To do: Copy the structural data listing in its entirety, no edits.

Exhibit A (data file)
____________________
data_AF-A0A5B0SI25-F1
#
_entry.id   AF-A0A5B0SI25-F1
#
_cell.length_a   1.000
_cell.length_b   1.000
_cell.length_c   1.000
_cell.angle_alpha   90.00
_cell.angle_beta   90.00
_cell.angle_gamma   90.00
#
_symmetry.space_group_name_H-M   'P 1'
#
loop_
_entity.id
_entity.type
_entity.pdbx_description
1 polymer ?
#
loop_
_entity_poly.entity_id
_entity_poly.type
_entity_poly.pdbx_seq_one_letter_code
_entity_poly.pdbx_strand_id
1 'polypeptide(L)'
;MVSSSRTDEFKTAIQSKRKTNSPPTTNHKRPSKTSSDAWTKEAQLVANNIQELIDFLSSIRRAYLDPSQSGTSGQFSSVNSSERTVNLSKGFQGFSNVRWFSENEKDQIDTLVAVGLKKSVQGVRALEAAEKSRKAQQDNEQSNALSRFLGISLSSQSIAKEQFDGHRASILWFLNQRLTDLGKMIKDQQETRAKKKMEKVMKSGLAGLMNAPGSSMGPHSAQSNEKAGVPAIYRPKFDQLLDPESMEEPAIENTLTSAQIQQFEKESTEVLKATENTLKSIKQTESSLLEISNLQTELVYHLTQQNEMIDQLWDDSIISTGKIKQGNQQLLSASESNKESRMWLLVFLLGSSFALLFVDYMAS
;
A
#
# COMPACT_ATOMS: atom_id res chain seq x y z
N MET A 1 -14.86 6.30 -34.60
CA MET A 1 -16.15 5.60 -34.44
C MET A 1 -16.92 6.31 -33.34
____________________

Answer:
data_AF-A0A5B0SI25-F1
#
_entry.id   AF-A0A5B0SI25-F1
#
_cell.length_a   1.000
_cell.length_b   1.000
_cell.length_c   1.000
_cell.angle_alpha   90.00
_cell.angle_beta   90.00
_cell.angle_gamma   90.00
#
_symmetry.space_group_name_H-M   'P 1'
#
loop_
_entity.id
_entity.type
_entity.pdbx_description
1 polymer ?
#
loop_
_entity_poly.entity_id
_entity_poly.type
_entity_poly.pdbx_seq_one_letter_code
_entity_poly.pdbx_strand_id
1 'polypeptide(L)'
;MVSSSRTDEFKTAIQSKRKTNSPPTTNHKRPSKTSSDAWTKEAQLVANNIQELIDFLSSIRRAYLDPSQSGTSGQFSSVNSSERTVNLSKGFQGFSNVRWFSENEKDQIDTLVAVGLKKSVQGVRALEAAEKSRKAQQDNEQSNALSRFLGISLSSQSIAKEQFDGHRASILWFLNQRLTDLGKMIKDQQETRAKKKMEKVMKSGLAGLMNAPGSSMGPHSAQSNEKAGVPAIYRPKFDQLLDPESMEEPAIENTLTSAQIQQFEKESTEVLKATENTLKSIKQTESSLLEISNLQTELVYHLTQQNEMIDQLWDDSIISTGKIKQGNQQLLSASESNKESRMWLLVFLLGSSFALLFVDYMAS
;
A
#
# COMPACT_ATOMS: atom_id res chain seq x y z
N MET A 1 -14.86 6.30 -34.60
CA MET A 1 -16.15 5.60 -34.44
C MET A 1 -16.92 6.31 -33.34